One thing I think I learned from the retreat is that events that one thinks might be very disruptive are not necessarily so, as long as people maintain commitment to the retreat space. Two people had to leave less than halfway through the retreat, and another stayed locally off the premises and had to come and go a lot because of their personal circumstances. On the rather rigid model of a retreat that I had absorbed from my experience of Buddhist retreats, such things would either just not be allowed, or be regarded as disastrous if they happened. But retreats are for people, not people for retreats. Although I didn’t initially set out intending to be quite as flexible as I ended up being about these ‘disruptions’, I ended up feeling that flexibility of this kind was an important part of the way that retreats need to address conditions for real, embodied people. Ordinary people have all sorts of needs and problems that retreats need to accommodate if they are to help them, rather than excluding people because of the fixed idea that a variation of the normal conditions must be seriously disruptive.

The retreat was relatively small (7 people), and only just financially viable (many thanks to Anybody’s Barn for being flexible with their charges), but if we can attract that many people to a successful week-long retreat after only a year of existence, I’m optimistic that we will rapidly gain more credibility and begin to run an increasing number of viable retreats. The people who came along were quite varied in age, outlook, and previous experience. However, a spirit of practising the Middle Way in handling any disagreements soon came to prevail, and by the end of the week (as often happens on retreats) we had all formed bonds of friendship. If you only came on a retreat to make friends, and that was your only motive, it would still be worthwhile. It’s also impressive how easily on retreat people often get down to handling practical activities (like washing up) in a straightforward and harmonious way.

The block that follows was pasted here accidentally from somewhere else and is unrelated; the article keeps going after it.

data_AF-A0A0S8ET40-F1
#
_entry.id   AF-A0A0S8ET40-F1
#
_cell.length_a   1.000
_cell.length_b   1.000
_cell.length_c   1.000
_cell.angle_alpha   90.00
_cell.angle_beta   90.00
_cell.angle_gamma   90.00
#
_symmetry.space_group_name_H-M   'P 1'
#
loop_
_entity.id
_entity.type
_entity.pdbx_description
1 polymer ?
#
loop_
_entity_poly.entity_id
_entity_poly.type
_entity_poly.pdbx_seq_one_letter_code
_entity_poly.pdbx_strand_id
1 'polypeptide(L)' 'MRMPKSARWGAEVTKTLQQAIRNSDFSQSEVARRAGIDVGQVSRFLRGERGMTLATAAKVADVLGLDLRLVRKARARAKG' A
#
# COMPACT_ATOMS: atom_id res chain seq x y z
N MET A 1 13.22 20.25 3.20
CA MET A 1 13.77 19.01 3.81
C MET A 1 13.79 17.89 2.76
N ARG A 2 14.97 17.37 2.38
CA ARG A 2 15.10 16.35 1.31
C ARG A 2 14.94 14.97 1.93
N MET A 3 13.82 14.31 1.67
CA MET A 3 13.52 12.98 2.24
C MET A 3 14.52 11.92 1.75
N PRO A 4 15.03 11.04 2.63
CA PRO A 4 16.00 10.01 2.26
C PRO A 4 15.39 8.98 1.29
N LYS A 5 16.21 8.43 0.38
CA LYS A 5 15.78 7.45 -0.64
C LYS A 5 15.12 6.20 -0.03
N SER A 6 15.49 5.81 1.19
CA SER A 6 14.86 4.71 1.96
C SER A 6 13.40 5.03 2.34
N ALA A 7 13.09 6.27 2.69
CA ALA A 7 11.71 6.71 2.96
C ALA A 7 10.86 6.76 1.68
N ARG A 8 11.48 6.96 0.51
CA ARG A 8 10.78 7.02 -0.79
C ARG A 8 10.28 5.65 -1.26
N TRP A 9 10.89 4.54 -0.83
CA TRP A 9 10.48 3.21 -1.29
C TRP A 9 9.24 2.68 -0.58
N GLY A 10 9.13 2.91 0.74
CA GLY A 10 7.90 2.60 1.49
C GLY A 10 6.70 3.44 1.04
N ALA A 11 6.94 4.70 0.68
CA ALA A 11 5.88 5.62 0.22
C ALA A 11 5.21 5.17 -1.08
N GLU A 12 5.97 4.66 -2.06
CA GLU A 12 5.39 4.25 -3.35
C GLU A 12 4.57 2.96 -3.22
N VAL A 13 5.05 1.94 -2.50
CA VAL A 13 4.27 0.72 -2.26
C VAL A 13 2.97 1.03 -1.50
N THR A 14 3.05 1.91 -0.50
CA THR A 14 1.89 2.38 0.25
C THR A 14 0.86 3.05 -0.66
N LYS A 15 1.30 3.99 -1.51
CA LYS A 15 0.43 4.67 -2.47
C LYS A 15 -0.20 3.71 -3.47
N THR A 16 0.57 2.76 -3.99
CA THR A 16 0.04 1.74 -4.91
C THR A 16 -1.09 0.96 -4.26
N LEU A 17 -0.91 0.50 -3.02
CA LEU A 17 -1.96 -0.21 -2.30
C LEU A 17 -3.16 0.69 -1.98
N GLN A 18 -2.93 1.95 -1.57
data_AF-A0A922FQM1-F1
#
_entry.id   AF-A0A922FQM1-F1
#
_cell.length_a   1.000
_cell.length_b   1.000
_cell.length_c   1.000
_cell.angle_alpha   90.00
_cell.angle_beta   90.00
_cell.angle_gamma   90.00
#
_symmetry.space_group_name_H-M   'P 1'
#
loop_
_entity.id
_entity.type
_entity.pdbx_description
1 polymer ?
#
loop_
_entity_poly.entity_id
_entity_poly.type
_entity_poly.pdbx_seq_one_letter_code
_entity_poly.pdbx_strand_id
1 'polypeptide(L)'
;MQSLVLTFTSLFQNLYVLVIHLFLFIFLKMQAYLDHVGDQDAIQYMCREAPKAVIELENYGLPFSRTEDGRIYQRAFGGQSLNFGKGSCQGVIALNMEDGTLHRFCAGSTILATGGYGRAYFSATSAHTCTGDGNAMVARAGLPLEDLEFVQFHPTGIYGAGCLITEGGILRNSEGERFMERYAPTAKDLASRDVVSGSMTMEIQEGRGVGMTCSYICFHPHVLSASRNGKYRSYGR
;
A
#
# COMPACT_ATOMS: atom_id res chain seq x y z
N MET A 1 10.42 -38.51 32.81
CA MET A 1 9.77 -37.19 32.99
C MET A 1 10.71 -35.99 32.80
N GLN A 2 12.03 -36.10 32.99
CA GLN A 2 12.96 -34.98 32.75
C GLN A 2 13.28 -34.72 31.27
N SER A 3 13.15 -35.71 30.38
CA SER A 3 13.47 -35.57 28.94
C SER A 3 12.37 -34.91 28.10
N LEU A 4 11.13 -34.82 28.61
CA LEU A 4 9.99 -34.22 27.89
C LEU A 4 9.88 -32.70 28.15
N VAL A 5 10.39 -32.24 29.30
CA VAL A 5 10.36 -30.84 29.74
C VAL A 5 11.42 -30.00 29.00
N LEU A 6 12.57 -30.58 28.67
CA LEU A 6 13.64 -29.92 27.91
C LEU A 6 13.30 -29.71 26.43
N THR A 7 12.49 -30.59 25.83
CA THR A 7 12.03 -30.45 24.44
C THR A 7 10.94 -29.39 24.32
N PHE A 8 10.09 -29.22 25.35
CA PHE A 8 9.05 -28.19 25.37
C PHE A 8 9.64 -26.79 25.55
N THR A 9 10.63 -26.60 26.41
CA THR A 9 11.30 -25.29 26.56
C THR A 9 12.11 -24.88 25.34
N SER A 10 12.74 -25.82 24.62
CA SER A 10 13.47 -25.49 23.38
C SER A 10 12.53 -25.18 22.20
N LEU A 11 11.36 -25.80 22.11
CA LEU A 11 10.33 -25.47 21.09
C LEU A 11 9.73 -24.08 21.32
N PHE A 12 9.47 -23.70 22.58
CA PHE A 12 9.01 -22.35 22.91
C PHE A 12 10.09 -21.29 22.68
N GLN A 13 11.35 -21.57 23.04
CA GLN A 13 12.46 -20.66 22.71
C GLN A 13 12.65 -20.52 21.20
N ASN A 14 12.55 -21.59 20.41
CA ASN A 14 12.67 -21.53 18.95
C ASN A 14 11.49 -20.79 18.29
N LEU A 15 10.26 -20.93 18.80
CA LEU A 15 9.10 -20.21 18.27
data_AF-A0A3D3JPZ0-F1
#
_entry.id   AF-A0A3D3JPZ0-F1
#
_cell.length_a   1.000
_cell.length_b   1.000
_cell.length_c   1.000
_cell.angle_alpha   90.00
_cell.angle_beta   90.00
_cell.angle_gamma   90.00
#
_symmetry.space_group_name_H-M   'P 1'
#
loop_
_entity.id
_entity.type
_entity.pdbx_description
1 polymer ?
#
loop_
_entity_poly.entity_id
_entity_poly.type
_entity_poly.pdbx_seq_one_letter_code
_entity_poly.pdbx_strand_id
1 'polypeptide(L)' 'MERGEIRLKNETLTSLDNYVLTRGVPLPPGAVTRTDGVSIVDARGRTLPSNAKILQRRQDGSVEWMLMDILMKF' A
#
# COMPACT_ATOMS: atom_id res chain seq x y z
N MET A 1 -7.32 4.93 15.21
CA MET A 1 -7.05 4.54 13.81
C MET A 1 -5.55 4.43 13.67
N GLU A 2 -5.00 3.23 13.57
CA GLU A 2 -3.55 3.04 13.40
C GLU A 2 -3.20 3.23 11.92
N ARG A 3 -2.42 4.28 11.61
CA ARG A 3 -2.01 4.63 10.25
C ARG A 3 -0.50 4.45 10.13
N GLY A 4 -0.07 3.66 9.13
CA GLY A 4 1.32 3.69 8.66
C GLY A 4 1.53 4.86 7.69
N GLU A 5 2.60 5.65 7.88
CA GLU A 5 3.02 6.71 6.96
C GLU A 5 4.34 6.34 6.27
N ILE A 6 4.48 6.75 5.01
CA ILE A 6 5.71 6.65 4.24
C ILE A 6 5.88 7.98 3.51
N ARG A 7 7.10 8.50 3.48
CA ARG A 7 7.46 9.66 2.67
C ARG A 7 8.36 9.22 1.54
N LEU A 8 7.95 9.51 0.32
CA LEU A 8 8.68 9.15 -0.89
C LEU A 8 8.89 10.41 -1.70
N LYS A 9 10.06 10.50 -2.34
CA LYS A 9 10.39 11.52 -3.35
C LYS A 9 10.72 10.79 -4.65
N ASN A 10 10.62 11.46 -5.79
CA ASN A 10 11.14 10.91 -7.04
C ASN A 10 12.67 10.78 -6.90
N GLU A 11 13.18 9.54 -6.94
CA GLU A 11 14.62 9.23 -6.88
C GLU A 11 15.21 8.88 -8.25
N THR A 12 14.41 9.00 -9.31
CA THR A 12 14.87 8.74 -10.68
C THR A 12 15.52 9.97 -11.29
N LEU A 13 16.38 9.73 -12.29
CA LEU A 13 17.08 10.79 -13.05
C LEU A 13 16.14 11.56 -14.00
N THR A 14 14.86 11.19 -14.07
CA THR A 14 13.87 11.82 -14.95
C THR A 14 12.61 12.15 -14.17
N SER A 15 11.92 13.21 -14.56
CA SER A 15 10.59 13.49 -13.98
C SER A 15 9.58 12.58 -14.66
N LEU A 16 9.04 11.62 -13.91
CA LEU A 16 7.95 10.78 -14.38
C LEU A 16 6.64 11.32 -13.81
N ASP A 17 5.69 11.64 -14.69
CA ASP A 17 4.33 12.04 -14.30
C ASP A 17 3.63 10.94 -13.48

One of my own major contributions to the retreat was the talks, and one of the other points of reflection I will take away from the retreat is to keep improving the way I handled these. My tendency is to be a bit too much motivated by an overall abstract view of what I am communicating, and to go on for slightly too long, because I think about the issues in a very synthetic way, and am also thinking a  bit more about the importance of the material itself than of the needs of the embodied people I am addressing. I think I improved on this compared to 2013, as I kept most of the talks down to about 30 minutes – but there were still some that went on a little too much beyond this. I also need to be more thoroughly prepared with examples and engaging stories, as sometimes I still have to be prompted to provide these.